Urban Search and Rescue Station
Bedminster Fire Station
Patchway Fire Station
Set in 120 acres of Green Belt north of Bristol, Memorial Woodlands, founded in 2001 is creating a new woodland burial ground. Using former tannery buildings converted to Chapel and Reception buildings, the site offers gentler and more dignified funeral services in marked contrast to the haste and impersonality of many contemporary alternatives.
Much of the former farm land remains as open meadow, but there are areas of mature and recently planted woodland within which burials take place. To offer peaceful and unhurried use, the buildings are available exclusively for the whole day which does inevitably limit the number of funerals which can be accommodated.
Bristol Memorial Woodlands seeks to expand its capacity by adding a second Chapel and Reception set within their own separate gardens, and a Chapel of Rest set aside in a woodland glade.
Although considered "appropriate" development in the Green Belt, the new buildings will naturally attract vigorous scrutiny for both planners and public. Memorial Woodlands aims to provide buildings which are at once sympathetic to the surroundings in scale and materials and functional, durable and graceful contemporary buildings.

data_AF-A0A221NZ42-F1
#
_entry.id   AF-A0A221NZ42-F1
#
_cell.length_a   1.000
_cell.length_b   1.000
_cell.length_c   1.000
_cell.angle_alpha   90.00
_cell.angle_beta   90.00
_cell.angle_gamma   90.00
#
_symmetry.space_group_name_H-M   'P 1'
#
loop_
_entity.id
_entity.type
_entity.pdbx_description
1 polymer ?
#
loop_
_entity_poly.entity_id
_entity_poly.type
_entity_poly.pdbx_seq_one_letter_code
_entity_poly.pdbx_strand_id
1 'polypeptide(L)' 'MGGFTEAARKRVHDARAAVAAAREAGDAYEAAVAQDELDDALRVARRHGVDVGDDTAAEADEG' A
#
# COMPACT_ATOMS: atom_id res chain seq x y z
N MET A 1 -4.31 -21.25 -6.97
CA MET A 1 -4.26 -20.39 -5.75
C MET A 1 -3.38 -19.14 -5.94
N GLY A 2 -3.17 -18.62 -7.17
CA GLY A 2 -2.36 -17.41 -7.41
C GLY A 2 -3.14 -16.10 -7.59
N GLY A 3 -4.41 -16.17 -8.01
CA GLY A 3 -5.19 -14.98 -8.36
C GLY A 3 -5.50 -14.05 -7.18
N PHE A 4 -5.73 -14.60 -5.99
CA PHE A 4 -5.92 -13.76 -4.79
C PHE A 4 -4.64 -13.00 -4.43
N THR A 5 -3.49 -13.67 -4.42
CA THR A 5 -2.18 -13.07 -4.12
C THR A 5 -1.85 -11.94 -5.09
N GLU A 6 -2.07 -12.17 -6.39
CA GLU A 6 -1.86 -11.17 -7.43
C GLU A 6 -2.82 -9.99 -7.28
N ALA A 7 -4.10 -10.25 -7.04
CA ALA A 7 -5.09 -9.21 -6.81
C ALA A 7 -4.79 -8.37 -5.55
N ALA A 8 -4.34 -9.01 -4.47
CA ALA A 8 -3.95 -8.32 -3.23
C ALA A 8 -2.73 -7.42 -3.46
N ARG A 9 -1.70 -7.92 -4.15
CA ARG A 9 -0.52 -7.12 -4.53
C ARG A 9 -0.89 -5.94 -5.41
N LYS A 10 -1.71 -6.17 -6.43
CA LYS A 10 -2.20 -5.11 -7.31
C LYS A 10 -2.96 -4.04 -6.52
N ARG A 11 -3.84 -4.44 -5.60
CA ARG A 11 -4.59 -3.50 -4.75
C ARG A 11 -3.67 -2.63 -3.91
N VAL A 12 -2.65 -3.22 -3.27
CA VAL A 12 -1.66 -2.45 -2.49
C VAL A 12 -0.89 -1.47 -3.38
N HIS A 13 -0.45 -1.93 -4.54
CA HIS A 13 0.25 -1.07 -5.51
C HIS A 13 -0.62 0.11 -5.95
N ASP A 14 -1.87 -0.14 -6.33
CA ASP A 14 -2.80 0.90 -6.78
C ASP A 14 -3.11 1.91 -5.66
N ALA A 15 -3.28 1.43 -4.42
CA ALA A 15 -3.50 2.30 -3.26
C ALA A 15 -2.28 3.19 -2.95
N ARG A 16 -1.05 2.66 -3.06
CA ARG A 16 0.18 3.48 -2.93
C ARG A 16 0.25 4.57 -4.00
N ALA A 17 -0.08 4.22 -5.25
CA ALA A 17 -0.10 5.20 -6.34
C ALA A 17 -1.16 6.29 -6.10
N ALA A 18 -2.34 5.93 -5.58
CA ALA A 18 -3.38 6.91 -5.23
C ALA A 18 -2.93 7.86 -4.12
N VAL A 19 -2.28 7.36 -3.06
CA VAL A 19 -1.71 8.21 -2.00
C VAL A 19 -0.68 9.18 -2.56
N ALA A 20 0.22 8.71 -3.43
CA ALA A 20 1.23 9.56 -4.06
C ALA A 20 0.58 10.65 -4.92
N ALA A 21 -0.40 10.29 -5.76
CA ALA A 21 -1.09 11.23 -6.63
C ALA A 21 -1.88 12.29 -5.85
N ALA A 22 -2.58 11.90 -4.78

The chapel is an unusual challenge in which the brief is to provide a non-denominational space while incorporating the surviving components, mainly windows, from the former Walmesley Chapel at Ince - in - Makerfield by E. W. Pugin. This was dismantled and re-erected at Inglewood House, Kintbury, Berks, where it was unceremonially stripped of its fittings by the owners when they learend of English Heritage's intention to list it. (see Private Eye). What remained of Pugin building was bought by Bristol Memorial Woodlands and is to be incorporated into the new building. Definitely a challenge!